Presented By

After more than 20 years, nutrition labels in the U.S. are getting a makeover. That’s thanks to a new directive from the federal Food and Drug Administration (FDA) that will require significant changes to the labels that appear on packaged foods. The nutrition facts are meant to serve as a window into a food’s healthfulness, and 77% of Americans say they read them, but they can be misleading or confusing. In 2018, food companies will have to single out added sugars–sweeteners added to foods, as opposed to those that occur naturally, like those in fruit. They’ll also have to bump up the size of the type that lists the total number of calories, and tweak serving sizes to be more in line with how much people are likely to eat in one sitting. “It will be easier for shoppers to tell how much sugar is in food and ought to encourage food companies to reduce the amounts,” says Marion Nestle, a nutrition expert at New York University. “These changes are cause for celebration.”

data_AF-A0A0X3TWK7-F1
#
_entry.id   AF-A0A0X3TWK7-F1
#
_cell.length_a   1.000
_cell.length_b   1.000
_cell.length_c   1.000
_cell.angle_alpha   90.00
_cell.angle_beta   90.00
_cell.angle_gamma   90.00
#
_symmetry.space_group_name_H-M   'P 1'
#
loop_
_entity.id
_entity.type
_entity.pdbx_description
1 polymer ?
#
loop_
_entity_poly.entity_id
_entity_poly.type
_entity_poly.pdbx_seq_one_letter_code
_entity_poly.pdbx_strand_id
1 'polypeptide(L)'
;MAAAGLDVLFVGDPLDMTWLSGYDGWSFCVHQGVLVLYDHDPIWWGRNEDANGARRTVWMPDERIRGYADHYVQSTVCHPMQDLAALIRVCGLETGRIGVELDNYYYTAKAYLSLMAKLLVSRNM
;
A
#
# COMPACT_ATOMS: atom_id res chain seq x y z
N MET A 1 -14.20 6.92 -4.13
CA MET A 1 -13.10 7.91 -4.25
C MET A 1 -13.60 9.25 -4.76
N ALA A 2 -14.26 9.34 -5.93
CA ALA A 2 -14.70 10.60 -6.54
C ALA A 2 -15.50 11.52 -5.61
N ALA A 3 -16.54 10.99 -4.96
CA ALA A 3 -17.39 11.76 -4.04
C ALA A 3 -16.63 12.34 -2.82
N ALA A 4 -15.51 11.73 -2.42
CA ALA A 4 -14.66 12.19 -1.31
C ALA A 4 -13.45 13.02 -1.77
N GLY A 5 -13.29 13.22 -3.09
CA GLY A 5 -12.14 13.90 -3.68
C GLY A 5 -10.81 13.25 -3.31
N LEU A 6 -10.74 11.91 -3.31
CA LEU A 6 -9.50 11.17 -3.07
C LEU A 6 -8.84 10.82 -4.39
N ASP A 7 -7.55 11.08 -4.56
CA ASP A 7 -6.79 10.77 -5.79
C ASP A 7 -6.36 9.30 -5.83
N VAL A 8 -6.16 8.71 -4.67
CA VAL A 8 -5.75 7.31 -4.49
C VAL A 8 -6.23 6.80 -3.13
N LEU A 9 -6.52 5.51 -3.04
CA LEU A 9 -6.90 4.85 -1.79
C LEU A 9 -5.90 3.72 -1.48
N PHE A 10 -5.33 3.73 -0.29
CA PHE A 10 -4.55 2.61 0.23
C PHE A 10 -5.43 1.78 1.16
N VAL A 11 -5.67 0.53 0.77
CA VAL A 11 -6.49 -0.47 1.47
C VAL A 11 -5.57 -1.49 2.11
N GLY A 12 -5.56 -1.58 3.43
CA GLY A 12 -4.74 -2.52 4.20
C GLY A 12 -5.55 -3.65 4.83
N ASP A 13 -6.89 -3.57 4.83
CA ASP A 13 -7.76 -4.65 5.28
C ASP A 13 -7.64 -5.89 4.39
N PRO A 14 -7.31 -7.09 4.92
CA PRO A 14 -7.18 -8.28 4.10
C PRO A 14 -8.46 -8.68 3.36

In with the new:

The box pictured at right is an example of a current nutrition label on cereal. Here are some of the big changes.


The total number of calories will increase from around an 8-point font size to at least a 22-point font size, and be bolded.


The label will include certain nutrients that Americans are typically lacking, such as vitamin D and potassium. Vitamins A and C can also be added to the label voluntarily.


Some serving sizes have gotten bigger since the original labels were created. For example, a serving of ice cream is changing from ½ cup to 2/3 cup.


The FDA says people get about 13% of their daily calories from added sugars, often in sugary drinks. The new label will give a more accurate picture of sweeteners added during manufacturing.


It will clarify where the percent values come from, to read, “The Percent Daily Value tells you how much a nutrient in a serving of food contributes to a daily diet. Two thousand calories a day is used for general nutrition advice.”


The percentages of recommended daily amounts of nutrients like fiber and sodium will be updated to reflect the latest scientific evidence.

This appears in the June 06, 2016 issue of TIME.

More Must-Reads From TIME

Contact us at

You May Also Like